Nine months after Mayor Provenzano launched a campaign to attract more immigrants to Sault Ste. Marie, city officials are quietly preparing to apply to an expected federal immigration pilot program that would fast-track as many as 3,000 immigrants annually to selected Canadian cities.
Last April, Provenzano persuaded fellow mayors in Sudbury, North Bay, Timmins and Thunder Bay to press the federal and Ontario governments for a northern Ontario pilot similar to one in Atlantic Canada.
In that initiative, the federal government and provincial governments of New Brunswick, Nova Scotia, Prince Edward Island and Newfoundland and Labrador agreed to expedite the hiring process for candidates who aren't Canadian citizens or permanent residents.
Provenzano met in August with federal immigration minister Ahmed Hussen, but it quickly became apparent that no pilot would be considered for one region of a single province.
Instead, Hussen is believed to be putting the finishing touches on a pilot program for communities across Canada, the mayor told the December board meeting of Sault Ste. Marie Economic Development Corp.
"I'm confident that whatever the criteria are to get unto the pilot, Sault Ste. Marie would fit the criteria," Provenzano said.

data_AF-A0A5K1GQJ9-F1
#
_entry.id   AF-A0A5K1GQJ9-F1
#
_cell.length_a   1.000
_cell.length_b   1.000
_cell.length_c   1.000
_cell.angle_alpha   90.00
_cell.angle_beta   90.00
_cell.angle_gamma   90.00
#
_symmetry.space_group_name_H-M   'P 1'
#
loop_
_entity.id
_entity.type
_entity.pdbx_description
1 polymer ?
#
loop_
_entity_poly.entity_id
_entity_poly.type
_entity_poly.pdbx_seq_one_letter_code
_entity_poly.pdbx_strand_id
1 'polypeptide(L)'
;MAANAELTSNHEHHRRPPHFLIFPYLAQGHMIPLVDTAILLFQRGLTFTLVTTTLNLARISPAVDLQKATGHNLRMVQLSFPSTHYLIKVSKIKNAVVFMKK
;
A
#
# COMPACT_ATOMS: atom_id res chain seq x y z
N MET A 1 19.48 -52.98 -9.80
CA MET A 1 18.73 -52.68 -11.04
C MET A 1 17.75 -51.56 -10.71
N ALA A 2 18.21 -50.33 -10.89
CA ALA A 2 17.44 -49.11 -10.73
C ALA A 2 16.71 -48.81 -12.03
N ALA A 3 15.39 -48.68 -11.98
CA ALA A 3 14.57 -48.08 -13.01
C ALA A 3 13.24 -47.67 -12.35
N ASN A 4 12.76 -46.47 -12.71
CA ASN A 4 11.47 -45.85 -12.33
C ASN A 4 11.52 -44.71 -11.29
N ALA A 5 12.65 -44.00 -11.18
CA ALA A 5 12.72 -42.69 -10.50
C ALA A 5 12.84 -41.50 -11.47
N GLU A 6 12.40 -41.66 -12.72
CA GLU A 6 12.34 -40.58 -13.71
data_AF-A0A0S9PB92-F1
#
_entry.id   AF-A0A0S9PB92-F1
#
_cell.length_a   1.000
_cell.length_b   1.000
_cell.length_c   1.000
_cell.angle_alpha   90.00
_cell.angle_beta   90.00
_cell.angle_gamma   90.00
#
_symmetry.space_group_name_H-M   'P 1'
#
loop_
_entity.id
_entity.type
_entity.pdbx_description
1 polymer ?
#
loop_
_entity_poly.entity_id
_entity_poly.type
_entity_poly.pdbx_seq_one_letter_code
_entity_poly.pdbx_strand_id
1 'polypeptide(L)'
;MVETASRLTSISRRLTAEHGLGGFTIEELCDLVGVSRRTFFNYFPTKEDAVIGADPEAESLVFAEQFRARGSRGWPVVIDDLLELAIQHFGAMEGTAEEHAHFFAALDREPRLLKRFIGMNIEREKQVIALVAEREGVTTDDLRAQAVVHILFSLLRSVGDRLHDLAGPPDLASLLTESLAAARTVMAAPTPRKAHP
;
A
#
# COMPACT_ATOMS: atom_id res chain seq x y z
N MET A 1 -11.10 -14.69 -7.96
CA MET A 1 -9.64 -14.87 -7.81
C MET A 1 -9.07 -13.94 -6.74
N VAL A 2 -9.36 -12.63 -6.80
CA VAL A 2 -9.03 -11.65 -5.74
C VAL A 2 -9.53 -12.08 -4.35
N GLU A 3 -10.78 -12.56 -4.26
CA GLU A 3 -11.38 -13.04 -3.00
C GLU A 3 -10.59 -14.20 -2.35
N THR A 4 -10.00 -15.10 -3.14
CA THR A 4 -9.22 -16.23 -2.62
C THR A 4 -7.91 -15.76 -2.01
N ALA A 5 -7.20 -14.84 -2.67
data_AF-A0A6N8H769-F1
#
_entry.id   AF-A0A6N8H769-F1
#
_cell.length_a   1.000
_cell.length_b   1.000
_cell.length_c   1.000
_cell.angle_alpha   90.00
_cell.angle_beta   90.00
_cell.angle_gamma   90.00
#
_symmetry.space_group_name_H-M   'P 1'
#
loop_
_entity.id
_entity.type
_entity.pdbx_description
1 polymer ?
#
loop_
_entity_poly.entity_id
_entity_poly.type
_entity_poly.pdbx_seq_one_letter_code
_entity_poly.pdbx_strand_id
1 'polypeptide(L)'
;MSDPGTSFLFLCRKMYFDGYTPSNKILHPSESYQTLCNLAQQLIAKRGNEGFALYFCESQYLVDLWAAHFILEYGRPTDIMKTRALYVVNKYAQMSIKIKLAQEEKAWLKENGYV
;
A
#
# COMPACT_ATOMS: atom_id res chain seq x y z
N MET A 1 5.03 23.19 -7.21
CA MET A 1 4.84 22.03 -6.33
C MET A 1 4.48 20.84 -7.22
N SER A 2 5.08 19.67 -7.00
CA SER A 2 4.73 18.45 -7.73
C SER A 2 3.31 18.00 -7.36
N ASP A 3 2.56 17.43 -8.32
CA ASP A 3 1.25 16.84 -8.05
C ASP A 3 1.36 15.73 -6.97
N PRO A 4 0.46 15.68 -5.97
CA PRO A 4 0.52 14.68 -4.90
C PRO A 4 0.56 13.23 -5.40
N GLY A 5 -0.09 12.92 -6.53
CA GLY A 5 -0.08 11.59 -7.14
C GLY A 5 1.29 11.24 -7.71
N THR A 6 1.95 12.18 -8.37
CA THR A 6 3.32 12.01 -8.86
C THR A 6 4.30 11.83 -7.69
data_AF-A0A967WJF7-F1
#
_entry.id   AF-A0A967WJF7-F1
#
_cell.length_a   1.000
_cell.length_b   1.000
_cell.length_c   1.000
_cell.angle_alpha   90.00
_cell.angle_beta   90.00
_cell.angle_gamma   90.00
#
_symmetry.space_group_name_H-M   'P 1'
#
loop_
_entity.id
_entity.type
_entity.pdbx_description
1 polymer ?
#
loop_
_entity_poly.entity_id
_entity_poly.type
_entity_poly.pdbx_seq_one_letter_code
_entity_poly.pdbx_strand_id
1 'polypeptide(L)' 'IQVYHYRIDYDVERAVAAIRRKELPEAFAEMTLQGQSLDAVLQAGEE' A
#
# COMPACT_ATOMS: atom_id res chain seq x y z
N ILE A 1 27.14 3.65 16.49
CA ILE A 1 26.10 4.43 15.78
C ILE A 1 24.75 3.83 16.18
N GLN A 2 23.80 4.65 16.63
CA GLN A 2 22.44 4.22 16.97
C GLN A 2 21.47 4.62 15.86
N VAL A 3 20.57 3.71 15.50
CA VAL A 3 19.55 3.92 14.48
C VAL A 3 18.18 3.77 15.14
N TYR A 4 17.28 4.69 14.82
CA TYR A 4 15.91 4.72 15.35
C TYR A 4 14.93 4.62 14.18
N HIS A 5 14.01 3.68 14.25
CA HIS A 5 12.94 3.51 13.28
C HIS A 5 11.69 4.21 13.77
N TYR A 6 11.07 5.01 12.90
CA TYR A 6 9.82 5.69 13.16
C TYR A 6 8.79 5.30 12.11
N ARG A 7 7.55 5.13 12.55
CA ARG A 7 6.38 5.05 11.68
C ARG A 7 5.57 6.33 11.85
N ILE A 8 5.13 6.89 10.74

"We'll have to go through a process to get into the pilot....If we were a qualified community to participate in the pilot, there would be immigrants that would come in every year that would be allocated amongst the communities that would be participating."
"I've already got people looking at that, working on that.... We will have a team that will make a submission that we should be included. I've already got people looking at that."
"We don't know that all the criteria are going to be, but we're internally making our own case to participate in the pilot."
"Once we understand what it looks like, we'll make that submission."
"This is one of the keys to our future. We've got Algoma [Steel Inc.] that's going to be hiring hundreds and hundreds of people."
"I was hopeful that they would have announced the program by now. I don't have any confirmation of what it looks like. But I expect they'll announce the program early in the year,"
"We're ready to go, whenever they need us to apply."
"If we're included, it will be something that happens next year, which will be positive. We have a very strong case to make," the mayor said.
A report on population projections released in 2017 by Ontario's finance ministry showed an expected population decline of 15,000 residents in northern Ontario by 2041, at a time when the province's overall population is expected to grow.
A resolution passed last year by Sault Ste. Marie City Council quoted federal census data as showing Greater Sudbury, North Bay, Sault Ste. Marie, Thunder Bay and Timmins receiving 2,285 immigrants from 2011 to 2016, while Ontario got 472,170 immigrants during the same period.
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